Russia to close first deals to attract Islamic capital in the fall

Muslim majority regions in Russia are hoping for an Islamic banking boom.

Muslim majority regions in Russia are hoping for an Islamic banking boom.

Reuters
Russia hopes that Islamic banks will help make up for a deficit in international finance caused by sanctions.

Funds from Islamic banks will be used for infrastructure projects in the country, Sergei Gorkov, head of Vnesheconombank, said during the Kazan Summit on May 20.

“The issue of investment in infrastructure in Russia is very important, and the Russian economy could really use Islamic finance,” Gorkov said, adding that Russia is expected to close its first deals to attract Islamic capital in the autumn of 2016. 

Yunus-Bek Yevkurov, president of the Muslim-dominated republic of Ingushetia, said Vnesheconombank, Russia’s largest development institution, has already funded some halal industry projects in the region.

Russian banking legislation would have to be expanded to cover Islamic banking, which bans interest on loans and calls for borrowers and lenders to share the risk.

Need for Islamic finance in Russia

"Islamic banking is growing annually by 15-20 percent, including in non-Muslim countries, for example, Ireland," Rustam Minnikhanov, President of Tatarstan, said. According to him, Russia lags behind other countries in this respect.

Following the 2015 Kazan Summit, where the decision to attract Islamic capital to Russia was first announced, the Central Bank has organized a working group on the development of Islamic banking and approved the basic package of measures – the so-called road map for 2016-2017.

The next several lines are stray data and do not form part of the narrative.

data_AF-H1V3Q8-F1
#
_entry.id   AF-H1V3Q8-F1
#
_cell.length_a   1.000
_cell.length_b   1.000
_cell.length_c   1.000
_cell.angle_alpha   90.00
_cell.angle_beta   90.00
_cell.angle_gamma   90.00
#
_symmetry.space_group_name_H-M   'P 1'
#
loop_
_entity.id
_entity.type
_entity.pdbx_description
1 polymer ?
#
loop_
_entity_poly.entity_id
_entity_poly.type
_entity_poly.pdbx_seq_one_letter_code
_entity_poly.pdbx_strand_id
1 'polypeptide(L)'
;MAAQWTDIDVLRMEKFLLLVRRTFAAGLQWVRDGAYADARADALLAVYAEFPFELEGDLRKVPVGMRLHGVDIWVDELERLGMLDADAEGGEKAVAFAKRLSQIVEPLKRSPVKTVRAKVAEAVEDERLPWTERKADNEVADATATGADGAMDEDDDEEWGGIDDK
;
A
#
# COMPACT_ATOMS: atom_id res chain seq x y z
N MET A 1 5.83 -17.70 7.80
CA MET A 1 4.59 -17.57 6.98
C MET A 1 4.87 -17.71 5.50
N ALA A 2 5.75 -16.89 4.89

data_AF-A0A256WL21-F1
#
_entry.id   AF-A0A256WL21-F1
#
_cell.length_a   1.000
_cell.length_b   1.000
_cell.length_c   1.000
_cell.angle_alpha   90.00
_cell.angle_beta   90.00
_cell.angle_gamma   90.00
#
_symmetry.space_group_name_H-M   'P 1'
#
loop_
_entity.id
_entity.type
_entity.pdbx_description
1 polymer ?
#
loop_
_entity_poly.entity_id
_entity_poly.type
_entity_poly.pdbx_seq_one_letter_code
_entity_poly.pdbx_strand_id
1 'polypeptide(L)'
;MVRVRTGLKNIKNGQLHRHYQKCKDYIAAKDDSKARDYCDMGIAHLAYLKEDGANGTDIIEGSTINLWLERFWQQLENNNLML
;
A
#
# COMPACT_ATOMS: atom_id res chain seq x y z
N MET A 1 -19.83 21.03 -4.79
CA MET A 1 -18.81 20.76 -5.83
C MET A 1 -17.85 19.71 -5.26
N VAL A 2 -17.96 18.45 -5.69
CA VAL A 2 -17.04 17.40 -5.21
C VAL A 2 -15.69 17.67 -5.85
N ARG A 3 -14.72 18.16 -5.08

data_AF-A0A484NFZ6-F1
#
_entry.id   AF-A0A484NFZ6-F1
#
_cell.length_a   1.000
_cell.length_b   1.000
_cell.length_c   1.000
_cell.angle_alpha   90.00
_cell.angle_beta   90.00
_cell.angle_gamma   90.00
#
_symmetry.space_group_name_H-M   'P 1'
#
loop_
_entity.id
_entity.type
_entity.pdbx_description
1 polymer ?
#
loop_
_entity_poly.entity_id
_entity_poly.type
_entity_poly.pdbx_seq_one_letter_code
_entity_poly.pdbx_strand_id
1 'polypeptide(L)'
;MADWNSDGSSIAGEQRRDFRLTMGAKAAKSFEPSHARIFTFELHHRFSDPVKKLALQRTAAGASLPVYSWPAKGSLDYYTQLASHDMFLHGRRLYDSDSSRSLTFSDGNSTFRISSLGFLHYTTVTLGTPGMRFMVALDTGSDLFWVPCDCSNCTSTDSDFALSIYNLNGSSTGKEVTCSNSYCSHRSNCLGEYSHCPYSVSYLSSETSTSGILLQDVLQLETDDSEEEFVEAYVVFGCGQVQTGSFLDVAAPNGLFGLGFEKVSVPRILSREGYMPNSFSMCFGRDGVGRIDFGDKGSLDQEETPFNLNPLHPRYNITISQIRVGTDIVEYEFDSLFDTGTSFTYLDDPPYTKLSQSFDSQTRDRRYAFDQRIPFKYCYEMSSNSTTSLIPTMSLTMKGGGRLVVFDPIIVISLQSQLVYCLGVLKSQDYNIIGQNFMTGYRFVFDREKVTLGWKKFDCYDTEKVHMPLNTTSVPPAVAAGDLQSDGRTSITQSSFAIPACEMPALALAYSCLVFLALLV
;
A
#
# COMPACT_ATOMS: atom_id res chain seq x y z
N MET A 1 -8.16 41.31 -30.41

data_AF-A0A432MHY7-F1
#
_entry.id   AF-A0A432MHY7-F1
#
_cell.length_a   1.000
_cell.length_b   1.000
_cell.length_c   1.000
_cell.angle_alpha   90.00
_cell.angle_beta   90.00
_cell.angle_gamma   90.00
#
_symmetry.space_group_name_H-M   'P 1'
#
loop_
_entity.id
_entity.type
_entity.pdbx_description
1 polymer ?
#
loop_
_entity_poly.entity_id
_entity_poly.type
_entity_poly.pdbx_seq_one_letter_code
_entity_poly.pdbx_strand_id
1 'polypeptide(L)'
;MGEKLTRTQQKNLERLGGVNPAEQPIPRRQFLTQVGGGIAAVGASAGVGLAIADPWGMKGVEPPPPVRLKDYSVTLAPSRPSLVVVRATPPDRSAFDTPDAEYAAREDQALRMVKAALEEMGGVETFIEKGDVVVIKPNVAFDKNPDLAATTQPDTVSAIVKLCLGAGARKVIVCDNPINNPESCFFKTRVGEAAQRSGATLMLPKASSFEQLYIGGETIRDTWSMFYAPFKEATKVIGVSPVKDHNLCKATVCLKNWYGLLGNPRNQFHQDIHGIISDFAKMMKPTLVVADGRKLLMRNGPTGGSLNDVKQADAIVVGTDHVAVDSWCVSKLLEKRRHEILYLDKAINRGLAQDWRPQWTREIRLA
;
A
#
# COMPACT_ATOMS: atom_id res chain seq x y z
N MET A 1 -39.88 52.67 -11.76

However, the process went no further than this. Among all Russian regions, Islamic banking is primarily developing in Muslim-majority Tatarstan. Ak Bars, one of the largest banks in the region, has already executed two transactions based on the principles of Islamic banking, bypassing existing legislation. However, the bank has not been penalized by the Russian authorities.

Vnesheconombank is willing to support projects that promote exports to Muslim countries, Gorkov said. According to him, Russia has already exported $3 billion worth of goods to the Organization of Islamic Cooperation countries, but this can be doubled.

“We see that Europe is actively working with Islamic banking," Minikhanov said. "President [Putin] called for rapprochement between Russia and the Islamic world. This rapprochement should take place in various areas, including finance, culture and everything else.”

The main obstacles

The active introduction of Islamic banking is often opposed by Russian lawmakers. "Russian legislation is not yet ready for the implementation of these instruments," said Yevgeny Bushmin, deputy speaker of the upper house of the Russian parliament, the Federation Council. Bushmin oversees tax policy.

He, however, adds that Islamic banking could help in a situation where Russian companies have no opportunities to obtain funds from banks in Europe and the United States. "Islamic banking does not create bubbles. It makes transactions more stable compared with other systems,” Bushmin said. At the same time, according to his estimates, the total global volume of Islamic banking has reached $2.5 trillion.

The main problem lies in the fact that Russian law prohibits banks from engaging in commercial activities, Ilya Bareisha, a senior lawyer at the law firm Egorov, Puginsky, Afanasiev & Partners, told RBTH. However, Islamic banks actively buy and sell certain assets allowed by Islamic law. As a result, Russian banks may enter into transactions with the use of Islamic finance techniques in relation to a very limited range of assets, such as precious metals. "It seems that there is still no demand for the establishment of a special regime for Islamic finance under Russian law," Bareisha said.

Read more: Russia looks to become halal friendly

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